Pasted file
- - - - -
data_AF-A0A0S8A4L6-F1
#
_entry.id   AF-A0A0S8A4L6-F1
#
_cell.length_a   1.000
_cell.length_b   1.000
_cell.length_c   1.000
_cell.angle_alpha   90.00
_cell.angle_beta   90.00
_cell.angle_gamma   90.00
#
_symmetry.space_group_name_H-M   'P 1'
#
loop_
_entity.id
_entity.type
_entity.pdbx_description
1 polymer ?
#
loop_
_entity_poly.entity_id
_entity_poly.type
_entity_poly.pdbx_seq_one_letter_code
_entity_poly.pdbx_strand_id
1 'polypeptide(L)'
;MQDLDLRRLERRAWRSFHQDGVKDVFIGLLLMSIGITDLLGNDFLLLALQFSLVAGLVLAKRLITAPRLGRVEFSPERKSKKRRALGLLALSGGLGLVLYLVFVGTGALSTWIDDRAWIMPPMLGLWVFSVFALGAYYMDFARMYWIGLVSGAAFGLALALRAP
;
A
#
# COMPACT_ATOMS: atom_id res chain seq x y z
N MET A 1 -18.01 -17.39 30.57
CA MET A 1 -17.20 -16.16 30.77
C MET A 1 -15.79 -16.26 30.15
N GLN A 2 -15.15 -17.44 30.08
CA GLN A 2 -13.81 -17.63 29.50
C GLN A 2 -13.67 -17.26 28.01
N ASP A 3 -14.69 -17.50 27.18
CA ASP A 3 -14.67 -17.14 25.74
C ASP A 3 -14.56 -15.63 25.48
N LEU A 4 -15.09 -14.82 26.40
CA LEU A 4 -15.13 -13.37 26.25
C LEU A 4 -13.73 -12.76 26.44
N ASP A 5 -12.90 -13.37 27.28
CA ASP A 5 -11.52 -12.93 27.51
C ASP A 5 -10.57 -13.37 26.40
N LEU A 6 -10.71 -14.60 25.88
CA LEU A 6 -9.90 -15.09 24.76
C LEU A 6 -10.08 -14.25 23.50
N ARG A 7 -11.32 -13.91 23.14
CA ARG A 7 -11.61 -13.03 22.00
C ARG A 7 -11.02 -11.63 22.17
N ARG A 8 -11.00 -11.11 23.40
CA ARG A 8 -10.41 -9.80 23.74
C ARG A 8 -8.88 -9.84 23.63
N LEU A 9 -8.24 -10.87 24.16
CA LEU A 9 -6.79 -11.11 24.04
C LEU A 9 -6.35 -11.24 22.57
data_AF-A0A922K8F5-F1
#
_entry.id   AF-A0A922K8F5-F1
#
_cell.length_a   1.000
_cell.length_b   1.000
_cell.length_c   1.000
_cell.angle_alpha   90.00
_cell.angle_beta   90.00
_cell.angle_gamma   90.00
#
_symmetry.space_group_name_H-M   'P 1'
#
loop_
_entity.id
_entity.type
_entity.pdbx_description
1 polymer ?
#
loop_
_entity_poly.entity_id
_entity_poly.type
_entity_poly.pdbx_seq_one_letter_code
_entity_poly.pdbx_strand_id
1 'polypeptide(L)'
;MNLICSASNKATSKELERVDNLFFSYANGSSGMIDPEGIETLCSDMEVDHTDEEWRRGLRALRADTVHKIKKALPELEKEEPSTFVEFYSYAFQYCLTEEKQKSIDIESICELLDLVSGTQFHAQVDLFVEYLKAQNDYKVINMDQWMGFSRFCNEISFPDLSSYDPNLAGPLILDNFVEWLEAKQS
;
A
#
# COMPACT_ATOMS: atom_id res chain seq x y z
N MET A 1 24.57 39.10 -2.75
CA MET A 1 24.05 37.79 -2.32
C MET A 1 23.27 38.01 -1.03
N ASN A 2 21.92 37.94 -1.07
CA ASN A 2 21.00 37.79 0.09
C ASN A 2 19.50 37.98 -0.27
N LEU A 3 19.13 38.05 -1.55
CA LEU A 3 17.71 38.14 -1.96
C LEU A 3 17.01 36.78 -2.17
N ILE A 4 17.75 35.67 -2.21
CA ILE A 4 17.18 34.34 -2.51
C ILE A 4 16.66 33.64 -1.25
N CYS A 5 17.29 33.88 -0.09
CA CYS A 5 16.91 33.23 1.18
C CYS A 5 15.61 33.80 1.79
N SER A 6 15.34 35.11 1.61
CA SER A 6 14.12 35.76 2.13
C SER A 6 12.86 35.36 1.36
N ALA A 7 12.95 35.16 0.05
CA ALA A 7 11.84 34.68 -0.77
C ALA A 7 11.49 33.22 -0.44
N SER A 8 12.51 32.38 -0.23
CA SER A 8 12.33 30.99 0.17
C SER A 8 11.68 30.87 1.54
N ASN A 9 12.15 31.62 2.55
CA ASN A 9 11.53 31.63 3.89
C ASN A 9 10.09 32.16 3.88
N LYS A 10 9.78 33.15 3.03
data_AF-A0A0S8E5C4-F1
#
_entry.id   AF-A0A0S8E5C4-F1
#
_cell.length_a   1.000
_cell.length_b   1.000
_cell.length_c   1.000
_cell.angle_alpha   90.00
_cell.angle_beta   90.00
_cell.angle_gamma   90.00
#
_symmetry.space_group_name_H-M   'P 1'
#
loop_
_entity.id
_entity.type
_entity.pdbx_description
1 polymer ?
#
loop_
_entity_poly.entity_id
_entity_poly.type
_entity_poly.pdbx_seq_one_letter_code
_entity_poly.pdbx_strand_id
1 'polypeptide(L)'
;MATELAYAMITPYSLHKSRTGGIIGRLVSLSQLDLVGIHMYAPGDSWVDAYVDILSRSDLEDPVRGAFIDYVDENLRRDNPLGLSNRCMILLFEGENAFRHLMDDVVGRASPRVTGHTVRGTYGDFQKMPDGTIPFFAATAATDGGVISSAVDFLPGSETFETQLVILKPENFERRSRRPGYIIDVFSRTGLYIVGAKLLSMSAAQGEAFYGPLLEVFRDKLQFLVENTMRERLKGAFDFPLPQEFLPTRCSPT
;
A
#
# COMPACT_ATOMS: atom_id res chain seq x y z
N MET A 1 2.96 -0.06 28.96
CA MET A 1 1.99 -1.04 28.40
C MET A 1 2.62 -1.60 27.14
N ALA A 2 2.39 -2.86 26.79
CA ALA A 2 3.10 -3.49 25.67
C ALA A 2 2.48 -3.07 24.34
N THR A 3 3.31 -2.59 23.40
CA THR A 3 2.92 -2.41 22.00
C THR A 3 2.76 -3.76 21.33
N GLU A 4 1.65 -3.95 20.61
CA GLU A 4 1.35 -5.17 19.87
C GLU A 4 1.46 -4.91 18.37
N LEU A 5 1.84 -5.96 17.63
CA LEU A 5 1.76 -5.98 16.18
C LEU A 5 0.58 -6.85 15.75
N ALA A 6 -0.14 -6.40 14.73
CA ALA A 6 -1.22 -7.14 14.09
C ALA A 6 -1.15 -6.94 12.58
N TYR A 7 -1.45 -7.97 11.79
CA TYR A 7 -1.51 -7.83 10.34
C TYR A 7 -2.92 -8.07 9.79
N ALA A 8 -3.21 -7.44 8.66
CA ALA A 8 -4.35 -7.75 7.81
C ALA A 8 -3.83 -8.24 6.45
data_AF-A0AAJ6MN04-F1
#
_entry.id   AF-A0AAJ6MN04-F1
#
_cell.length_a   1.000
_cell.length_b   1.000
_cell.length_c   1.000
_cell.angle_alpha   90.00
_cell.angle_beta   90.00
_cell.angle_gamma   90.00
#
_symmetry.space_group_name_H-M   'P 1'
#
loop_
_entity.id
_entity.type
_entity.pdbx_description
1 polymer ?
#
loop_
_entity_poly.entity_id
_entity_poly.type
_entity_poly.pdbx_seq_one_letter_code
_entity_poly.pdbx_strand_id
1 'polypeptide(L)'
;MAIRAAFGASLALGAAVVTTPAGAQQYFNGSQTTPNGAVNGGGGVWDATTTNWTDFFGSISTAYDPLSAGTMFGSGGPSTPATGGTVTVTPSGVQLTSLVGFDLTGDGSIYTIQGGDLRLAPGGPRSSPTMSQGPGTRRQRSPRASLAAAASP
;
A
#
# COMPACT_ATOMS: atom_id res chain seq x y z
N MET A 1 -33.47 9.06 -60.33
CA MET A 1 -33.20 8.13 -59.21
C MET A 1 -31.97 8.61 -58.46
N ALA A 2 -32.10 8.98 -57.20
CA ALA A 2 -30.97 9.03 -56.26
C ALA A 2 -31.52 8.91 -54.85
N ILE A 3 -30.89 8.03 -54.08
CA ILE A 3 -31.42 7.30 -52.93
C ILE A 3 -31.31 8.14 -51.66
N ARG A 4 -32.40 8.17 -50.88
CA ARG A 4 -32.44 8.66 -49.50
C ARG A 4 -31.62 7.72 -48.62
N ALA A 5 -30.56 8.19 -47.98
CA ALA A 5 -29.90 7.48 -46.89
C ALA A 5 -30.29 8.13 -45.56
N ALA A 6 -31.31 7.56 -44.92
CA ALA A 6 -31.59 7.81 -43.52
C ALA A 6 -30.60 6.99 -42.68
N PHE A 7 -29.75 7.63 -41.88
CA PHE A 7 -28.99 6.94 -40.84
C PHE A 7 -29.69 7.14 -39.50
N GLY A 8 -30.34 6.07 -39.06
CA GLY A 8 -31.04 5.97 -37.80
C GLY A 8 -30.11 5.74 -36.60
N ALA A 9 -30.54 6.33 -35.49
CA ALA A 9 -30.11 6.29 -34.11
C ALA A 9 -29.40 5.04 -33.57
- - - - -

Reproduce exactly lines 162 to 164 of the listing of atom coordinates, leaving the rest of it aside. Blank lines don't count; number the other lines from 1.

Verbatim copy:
CA ALA A 6 -1.22 -7.14 14.09
C ALA A 6 -1.15 -6.94 12.58
N TYR A 7 -1.45 -7.97 11.79